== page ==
During the Apple Event on 12th September, Apple announced Apple Watch 4. The Watch 4 can take ECGs on the go in just 30 seconds with just your finger on the Digital Crown apart from detecting a fall and calling Emergency services. The main thing though that piqued the medical world’s interest was the ECG feature. In a recent post on Reddit, an Emergency Physician explained the truth of Apple Watch’s ECG feature. He also talked about the FDA Approval Apple Watch 4 got.
Apple Watch ECG vs Machine ECG
This is one of the first things the Doctor explained. A normal ECG in a hospital contains 10 electrodes attached to different parts of your body. These 10 electrodes form 12 leads which gives Doctors a 3D view of the heart. Conventionally, ECG relies on the principle of power gradients, i.e., movement from the negative (-) pole to the positive (+) pole.
The P Wave
The diagram above shows a normal ECG. The P wave (the first upward bump) indicates Atrial contraction or Atrial systole. P wave is formed when your atrium contracts itself to pass the blood to ventricles. Lead I generally measures P wave. And, Lead I is measured across the right arm and left arm on a conventional ECG machine.
It’s really hard to explain everything about ECG in this article, but if you are interested you can watch the following video, for starters:-
Now, an ECG needs atleast two electrode points. And, multiple such electrodes help us understand the heart in all dimensions. But, as you know, for the ECG part, the Apple Watch 4 has one electrode on the Digital Crown which your fingertip touches while taking an ECG. And, I assume the other electrode is on the back of the watch (to be clarified). Assuming my two electrode theory of the Apple Watch 4 is true, if you wear the Watch on your left hand wrist, the electrode on the back of the Watch is the LA (left arm) electrode. Now, naturally your right index finger will touch the other electrode on the Digital Crown, unless you have supernatural flexibility. This will be the RA (right arm) electrode.
So, the ECG you get with the Apple Watch looks at the heart in only one dimension. If you are a Doctor, the Apple Watch ECG is what you get when you use only two electrodes – RA and LA to gather only Lead I. Lead I can measure the P wave almost satisfactorily but, Lead I can’t visualise QRS complex and T wave properly.
Can Apple Watch 4 detect Heart Attack?
The most logical answer to that question, in most cases would be “No!” Let me explain why. Most Doctors refer to the T wave to look for clues of a previous Myocardial Infarction (Heart Attack). The T wave is usually inverted in a patient who has had a heart attack before. Also, in cases of an impending heart attack, you can find irregularities in the T wave.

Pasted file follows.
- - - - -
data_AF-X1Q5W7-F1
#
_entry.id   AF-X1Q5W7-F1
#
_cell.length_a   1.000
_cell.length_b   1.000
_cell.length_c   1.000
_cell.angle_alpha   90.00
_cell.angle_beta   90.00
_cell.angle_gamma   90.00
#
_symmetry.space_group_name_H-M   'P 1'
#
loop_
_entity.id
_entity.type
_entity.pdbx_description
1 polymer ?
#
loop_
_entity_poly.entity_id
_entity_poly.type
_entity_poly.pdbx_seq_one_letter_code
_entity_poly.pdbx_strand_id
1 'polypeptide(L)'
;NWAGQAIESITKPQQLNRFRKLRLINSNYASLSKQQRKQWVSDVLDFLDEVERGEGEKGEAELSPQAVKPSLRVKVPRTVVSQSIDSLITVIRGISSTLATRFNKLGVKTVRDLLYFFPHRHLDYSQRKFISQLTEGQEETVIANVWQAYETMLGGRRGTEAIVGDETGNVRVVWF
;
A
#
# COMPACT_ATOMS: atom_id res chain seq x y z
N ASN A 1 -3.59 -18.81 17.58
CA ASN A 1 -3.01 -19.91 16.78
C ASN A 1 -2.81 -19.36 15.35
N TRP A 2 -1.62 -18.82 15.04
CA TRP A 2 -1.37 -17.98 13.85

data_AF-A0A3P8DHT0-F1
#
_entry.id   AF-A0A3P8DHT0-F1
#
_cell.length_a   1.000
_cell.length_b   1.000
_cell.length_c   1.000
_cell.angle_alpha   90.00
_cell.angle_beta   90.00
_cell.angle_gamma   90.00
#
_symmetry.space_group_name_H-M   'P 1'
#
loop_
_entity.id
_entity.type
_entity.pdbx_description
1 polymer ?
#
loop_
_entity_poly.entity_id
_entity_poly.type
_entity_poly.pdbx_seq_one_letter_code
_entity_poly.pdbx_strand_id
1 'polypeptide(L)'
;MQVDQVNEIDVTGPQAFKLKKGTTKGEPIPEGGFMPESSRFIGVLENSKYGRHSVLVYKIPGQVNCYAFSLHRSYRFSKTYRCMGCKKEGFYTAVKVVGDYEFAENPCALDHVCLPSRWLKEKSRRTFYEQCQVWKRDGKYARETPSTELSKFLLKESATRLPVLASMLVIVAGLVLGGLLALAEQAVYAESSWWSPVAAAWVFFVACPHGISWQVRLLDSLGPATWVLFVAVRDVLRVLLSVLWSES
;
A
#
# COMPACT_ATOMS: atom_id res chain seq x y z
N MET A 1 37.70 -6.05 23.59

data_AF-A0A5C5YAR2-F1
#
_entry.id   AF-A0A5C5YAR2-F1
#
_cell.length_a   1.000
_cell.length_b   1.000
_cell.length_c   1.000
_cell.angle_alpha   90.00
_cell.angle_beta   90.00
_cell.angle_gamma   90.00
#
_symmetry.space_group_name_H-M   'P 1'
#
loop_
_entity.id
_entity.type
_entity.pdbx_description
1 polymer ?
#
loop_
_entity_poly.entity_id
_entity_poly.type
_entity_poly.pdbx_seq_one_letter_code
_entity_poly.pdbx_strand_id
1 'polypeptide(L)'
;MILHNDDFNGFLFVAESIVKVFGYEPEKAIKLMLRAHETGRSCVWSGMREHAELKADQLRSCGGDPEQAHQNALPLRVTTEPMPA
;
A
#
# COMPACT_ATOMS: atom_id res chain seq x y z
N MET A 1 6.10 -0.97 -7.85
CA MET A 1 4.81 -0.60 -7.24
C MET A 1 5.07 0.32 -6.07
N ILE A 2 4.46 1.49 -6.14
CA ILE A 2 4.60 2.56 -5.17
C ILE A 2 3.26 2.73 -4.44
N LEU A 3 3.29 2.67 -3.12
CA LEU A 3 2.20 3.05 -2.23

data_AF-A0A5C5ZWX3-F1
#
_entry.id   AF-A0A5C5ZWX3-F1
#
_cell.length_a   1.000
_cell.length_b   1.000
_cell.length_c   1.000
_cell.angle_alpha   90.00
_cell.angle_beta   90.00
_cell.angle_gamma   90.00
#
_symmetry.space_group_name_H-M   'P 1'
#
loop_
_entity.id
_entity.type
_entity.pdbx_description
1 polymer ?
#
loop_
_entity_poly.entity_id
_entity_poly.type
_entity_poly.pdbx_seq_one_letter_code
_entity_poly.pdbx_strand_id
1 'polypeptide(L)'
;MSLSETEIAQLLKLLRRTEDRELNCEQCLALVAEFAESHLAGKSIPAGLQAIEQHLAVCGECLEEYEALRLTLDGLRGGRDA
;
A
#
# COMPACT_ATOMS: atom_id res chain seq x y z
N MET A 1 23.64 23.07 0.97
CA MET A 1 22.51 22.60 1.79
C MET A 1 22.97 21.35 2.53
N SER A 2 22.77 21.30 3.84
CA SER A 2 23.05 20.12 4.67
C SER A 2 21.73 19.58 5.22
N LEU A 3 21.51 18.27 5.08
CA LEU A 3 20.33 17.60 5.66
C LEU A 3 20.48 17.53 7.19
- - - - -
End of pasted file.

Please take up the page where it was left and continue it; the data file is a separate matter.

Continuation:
Since Apple Watch 4 with a single lead can’t output the T wave properly, such an ECG might not be efficient to study heart attacks. The Reddit physician says, even some ECG machines at times, miss heart attacks.
- Atrial Fibrillation (AFib) Notification
Apple said, these features were approved by FDA. But, this doesn’t make Apple Watch 4 an FDA approved Medical device. To explain further, here’s what the FDA letter said about the ECG on the smartwatch:-
The ECG app is intended for over-the-counter (OTC)use. The ECG data displayed by the ECG app is intended for informational use only. The user is not intended to interpret or take clinical action based on the device output without consultation of a qualified healthcare professional. The ECG waveform is meant to supplement rhythm classification for the purposes of discriminating AFib from normal sinus rhythm and not intended to replace traditional methods of diagnosis or treatment.
About the Atrial Fibrillation Notification feature, the letter said:-
The feature analyzes pulse rate data to identify episodes of irregular heart rhythms suggestive of atrial fibrillation (AFib) and provides a notification to the user.The feature is intended for over-the-counter (OTC) use. It is not intended to provide a notification on every episode of irregular rhythm suggestive of AFib and the absence of a notification is not intended to indicate no disease process is present; rather the feature is intended to opportunistically surface a notification of possible AFib when sufficient data are available for analysis. These data are only captured when the user is still.
Apple Watch 4: What it can do and what it can’t
So, here’s a few things you need to know about FDA approval for ECG and AFib feature on the ECG watch:-
- Apple Watch 4, as a device has been classified under Class II (same as condoms, home pregnancy kits, etc).
- ECG and AFib App on the Watch should be used by people only above 22 years of age.
- You have to talk to a qualified medical personnel before taking any action based on data collected by the watch.
- The AFib feature only works if the user is still.
- The features are intended for use over-the-counter (OTC) only.
- Apple Watch 4 can’t detect heart attacks exclusively.
- Apple Watch 4 is not ideal or indicated for people who have already been diagnosed with AFib. Such people should see a physician regularly.
If you saw the event, Apple mentioned FDA approval, but didn’t mention the FDA class of the device. Moreover, though they talked about the ECG feature, they never even mentioned Heart Attack. Actually, we can’t blame Apple for the wrong concepts we have, of the Apple Watch 4’s heart diagnostic features. This article is to clear up everything about these features.